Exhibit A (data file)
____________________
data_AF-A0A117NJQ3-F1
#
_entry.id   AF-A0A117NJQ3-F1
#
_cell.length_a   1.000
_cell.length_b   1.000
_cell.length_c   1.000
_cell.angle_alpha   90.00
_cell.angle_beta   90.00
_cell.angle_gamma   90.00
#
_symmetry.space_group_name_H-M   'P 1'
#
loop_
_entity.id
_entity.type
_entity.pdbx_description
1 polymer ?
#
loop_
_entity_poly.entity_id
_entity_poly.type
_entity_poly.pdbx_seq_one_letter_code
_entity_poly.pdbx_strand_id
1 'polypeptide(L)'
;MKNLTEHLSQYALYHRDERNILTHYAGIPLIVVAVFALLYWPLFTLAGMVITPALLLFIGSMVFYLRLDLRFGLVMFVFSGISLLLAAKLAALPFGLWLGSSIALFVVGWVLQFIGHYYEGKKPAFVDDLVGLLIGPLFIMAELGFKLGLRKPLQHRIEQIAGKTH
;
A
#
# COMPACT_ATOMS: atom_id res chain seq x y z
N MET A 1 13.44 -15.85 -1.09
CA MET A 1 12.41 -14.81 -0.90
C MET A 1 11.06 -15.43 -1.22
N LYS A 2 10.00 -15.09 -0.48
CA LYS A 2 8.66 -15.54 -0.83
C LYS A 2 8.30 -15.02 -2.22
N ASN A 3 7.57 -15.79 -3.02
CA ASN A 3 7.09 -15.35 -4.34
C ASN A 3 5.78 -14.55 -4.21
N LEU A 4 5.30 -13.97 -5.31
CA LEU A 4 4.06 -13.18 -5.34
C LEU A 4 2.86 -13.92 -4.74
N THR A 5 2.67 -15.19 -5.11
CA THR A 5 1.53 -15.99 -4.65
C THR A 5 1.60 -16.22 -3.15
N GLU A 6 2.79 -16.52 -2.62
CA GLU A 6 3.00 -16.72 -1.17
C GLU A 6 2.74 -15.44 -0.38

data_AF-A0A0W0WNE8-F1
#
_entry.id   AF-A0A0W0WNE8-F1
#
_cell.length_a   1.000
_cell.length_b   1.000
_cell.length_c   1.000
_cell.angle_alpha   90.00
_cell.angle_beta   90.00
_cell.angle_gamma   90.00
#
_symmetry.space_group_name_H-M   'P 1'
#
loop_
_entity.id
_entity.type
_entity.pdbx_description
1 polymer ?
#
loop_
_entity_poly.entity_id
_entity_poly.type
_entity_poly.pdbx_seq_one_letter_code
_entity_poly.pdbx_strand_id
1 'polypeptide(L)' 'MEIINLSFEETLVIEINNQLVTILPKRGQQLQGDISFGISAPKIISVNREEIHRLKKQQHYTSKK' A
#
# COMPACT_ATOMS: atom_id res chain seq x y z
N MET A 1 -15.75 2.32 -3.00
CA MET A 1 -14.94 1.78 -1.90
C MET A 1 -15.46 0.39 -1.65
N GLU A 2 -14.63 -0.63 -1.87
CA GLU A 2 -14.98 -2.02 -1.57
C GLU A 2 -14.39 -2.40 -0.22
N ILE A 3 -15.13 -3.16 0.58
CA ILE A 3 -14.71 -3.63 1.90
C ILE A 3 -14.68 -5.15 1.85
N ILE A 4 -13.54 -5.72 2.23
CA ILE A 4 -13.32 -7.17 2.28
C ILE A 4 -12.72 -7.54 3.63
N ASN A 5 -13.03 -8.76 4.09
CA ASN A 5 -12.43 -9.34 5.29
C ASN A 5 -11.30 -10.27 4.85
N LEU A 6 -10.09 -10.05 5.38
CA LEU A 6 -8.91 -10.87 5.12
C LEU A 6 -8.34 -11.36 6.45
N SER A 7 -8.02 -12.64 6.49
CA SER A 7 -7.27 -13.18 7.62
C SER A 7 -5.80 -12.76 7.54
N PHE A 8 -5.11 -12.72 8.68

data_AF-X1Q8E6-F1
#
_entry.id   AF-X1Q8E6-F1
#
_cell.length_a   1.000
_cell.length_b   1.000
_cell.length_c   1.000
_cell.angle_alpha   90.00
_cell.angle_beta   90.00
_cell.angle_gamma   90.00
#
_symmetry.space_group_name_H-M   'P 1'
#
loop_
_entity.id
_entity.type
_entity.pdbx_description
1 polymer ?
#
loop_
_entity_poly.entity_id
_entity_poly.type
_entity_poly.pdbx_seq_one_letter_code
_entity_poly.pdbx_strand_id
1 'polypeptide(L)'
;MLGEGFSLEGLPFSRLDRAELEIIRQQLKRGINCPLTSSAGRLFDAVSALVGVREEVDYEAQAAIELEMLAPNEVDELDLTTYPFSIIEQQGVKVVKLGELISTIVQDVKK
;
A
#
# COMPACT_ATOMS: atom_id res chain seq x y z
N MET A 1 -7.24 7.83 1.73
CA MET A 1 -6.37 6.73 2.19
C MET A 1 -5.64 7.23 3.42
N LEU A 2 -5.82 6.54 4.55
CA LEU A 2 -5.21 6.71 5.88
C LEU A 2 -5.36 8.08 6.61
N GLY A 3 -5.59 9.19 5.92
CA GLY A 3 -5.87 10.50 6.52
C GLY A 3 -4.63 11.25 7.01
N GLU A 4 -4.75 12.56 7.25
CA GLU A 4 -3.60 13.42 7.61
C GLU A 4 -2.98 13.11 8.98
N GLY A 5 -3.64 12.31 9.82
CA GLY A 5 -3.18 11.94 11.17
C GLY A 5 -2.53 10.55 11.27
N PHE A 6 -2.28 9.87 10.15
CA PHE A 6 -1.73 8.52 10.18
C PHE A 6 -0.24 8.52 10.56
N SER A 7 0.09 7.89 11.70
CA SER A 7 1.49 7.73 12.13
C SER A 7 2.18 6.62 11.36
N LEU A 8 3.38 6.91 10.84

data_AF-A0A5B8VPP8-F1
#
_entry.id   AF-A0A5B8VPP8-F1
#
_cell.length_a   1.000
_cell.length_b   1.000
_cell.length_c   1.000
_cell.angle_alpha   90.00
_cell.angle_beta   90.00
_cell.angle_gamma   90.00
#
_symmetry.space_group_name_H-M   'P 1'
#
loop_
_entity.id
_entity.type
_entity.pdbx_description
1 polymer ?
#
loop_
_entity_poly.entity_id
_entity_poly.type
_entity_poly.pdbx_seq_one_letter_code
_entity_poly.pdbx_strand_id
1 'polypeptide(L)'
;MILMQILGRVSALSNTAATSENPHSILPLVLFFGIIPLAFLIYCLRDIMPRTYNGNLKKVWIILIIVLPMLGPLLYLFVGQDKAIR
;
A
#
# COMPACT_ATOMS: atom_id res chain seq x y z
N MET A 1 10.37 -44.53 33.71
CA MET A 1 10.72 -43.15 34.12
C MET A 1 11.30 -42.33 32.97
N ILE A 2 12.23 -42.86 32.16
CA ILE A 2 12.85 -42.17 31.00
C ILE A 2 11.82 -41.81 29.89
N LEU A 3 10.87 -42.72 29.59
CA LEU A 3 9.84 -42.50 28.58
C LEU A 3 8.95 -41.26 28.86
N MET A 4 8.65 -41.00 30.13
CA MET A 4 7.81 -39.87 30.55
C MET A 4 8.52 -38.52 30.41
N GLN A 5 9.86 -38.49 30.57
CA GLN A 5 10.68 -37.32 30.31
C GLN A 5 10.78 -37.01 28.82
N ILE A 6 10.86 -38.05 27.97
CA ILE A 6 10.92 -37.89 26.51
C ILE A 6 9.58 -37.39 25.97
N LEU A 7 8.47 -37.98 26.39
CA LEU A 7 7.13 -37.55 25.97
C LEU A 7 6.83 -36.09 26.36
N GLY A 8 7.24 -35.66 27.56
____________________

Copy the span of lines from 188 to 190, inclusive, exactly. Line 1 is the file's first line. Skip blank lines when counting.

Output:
C LEU A 3 8.95 -41.26 28.86
N MET A 4 8.65 -41.00 30.13
CA MET A 4 7.81 -39.87 30.55